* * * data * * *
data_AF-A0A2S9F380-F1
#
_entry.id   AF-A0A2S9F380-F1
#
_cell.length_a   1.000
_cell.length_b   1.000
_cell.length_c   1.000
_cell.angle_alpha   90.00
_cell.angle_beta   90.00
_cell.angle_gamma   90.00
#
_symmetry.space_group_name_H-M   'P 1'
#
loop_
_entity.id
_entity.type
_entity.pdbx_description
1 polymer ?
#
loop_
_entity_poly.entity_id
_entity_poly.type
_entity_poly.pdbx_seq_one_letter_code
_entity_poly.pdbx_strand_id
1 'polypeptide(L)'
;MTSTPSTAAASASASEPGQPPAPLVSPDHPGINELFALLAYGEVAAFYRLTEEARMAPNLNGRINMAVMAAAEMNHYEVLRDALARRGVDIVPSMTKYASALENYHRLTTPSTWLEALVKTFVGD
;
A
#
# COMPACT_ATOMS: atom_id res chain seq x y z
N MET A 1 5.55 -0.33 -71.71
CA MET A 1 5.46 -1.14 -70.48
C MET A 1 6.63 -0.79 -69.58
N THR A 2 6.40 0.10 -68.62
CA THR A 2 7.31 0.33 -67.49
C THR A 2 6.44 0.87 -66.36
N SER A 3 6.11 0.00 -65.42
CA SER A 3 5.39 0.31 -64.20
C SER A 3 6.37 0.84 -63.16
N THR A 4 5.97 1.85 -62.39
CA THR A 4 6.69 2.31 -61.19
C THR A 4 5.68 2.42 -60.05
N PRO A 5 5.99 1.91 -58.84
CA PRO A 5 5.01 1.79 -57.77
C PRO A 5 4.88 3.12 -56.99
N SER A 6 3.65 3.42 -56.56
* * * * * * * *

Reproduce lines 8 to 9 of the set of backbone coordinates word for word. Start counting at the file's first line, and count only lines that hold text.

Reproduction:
_cell.angle_alpha   90.00
_cell.angle_beta   90.00